Illinois lawmakers are meeting August 17 for a special session to resolve the state pension system’s $83 billion liability shortfall.
(August 1, 2012) – Illinois Governor Pat Quinn has called lawmakers back to Springfield for a one-day special session and wants to pass legislation to overhaul the part of the state’s woefully underfunded pension system.
The session may culminate with a vote on pending reform legislation.
The bill in question, which is now before the House of Representatives, would overhaul the benefit structure and funding mechanism for state workers' pensions, but not teachers or university employees. Under the current system, the state will have $32 billion of unfunded liability by 2045.
The proposal calls on all active and retired state government workers to choose between two options: accept a cut to the yearly cost of living adjustment and retain access to state-supported health insurance, or keep the current 3% cost of living adjustment, compounded annually, but lose some access to state-supported health insurance.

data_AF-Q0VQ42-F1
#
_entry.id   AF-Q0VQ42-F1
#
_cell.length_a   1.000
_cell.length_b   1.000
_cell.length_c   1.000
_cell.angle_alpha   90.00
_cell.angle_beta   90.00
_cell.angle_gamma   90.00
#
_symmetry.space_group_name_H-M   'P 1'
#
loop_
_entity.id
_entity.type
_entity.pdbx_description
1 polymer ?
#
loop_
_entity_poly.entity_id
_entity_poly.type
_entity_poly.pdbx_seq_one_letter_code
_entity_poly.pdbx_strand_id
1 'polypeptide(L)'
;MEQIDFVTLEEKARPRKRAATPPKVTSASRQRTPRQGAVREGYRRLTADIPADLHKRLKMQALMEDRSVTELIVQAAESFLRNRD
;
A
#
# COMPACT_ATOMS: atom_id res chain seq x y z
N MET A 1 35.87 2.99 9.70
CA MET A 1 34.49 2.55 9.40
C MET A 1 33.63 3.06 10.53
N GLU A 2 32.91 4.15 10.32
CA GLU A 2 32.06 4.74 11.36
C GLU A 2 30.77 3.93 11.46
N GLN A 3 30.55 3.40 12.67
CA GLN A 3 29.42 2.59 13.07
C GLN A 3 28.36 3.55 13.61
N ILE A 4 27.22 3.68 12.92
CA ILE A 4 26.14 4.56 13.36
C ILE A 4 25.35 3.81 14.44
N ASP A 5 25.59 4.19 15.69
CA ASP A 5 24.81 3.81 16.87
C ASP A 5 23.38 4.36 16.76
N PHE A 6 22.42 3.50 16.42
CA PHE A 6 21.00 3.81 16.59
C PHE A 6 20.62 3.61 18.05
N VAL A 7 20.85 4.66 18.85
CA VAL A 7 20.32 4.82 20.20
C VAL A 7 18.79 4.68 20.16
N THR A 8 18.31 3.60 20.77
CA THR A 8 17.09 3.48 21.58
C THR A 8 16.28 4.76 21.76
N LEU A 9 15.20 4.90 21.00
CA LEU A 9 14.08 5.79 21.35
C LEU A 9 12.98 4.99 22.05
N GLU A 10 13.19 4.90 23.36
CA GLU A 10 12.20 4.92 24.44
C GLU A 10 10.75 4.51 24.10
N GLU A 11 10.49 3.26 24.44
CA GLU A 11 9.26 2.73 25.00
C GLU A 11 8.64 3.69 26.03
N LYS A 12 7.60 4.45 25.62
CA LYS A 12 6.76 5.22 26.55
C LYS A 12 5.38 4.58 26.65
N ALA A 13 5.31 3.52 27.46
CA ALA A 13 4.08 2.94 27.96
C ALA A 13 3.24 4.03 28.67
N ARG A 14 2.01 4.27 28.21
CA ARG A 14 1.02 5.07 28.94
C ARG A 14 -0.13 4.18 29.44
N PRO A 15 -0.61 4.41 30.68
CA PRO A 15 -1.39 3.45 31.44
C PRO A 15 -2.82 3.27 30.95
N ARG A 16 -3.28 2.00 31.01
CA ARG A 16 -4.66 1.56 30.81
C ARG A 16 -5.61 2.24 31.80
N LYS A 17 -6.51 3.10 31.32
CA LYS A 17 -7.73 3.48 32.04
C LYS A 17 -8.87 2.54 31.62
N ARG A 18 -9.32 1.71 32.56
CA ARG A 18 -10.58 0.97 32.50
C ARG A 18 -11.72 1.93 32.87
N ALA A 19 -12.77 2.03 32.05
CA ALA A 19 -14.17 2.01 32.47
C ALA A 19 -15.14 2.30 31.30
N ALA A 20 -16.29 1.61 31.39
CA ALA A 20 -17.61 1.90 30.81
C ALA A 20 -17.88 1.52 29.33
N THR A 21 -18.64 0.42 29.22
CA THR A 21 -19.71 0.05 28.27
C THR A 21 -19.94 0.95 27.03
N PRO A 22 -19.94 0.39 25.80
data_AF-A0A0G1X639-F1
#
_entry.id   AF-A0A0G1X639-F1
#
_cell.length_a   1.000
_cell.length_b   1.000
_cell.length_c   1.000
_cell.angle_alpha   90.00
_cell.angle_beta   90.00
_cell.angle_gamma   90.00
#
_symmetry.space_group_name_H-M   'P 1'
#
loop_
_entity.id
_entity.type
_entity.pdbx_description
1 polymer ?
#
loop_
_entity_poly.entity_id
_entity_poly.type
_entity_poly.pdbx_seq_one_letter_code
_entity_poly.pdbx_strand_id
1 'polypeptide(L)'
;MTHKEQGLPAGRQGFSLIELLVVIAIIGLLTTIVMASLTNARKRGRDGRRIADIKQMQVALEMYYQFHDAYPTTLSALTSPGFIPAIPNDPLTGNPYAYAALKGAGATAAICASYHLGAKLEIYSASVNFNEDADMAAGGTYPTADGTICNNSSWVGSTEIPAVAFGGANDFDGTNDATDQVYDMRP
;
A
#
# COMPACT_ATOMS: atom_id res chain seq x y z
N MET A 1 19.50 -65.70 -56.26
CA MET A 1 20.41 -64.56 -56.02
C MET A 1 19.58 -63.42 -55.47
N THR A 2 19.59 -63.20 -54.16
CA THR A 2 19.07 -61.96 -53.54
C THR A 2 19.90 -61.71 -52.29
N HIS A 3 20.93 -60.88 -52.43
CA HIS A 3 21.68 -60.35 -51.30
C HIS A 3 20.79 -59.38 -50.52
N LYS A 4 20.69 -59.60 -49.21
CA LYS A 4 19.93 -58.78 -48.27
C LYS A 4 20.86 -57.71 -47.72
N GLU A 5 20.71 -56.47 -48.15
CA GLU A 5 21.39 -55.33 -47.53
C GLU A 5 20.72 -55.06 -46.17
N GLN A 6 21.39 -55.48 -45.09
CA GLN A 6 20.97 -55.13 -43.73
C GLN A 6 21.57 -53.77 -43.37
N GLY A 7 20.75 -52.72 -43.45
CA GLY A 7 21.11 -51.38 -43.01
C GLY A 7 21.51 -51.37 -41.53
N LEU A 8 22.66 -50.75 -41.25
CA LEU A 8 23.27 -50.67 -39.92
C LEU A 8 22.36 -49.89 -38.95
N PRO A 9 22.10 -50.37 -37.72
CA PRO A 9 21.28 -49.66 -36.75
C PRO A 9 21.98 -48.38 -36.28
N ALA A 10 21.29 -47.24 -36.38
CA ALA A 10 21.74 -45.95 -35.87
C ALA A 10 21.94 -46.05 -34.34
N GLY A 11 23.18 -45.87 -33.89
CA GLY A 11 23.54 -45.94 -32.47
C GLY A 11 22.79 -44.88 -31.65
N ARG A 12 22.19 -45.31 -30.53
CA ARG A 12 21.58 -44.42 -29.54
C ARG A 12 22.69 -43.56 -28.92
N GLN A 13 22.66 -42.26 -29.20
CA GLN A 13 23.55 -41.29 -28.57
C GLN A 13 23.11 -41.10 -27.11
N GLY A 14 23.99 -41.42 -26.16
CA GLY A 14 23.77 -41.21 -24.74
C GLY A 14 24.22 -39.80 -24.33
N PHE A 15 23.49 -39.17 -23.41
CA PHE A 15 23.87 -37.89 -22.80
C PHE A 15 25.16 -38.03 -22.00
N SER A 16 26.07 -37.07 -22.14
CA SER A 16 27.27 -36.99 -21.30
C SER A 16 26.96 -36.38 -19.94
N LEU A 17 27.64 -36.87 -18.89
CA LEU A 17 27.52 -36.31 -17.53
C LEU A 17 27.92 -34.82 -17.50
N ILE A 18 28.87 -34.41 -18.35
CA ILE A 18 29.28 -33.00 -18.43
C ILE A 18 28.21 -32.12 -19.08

Illinois largest public pension, the $37 billion Teachers’ Retirement System (TRS), would be ring-fenced from this legislation. But according to the fund’s Public Information Officer Dave Urbanek, any reform plan passed during the August 17 session would be a trial for the inevitable overhaul of the teachers’ pension.
“We are watching this very closely to see how it unfolds,” Urbanek said. “It’ll serve as a template.” But with the TRS facing $44 billion in unfunded liabilities, why not bundle it in to the reform legislation? “There’s a feeling among some senators that it’s better to deal with reform one group at a time. TRS is bigger than all the others put together, and before changes are put through some legislators believe we need to see if those changes are even constitutional.”
Urbanek said the TRS does not have a position on potential reforms. “Our job is to administer the fund and meet our obligations as best we can for members, working within whatever system legislators decide on.” TRS posted a 23.6% return in 2011, but Urbanek said he does not expect such success this year. “We don’t anticipate doing as well. The economy has been so volatile, and I think everyone’s feeling it."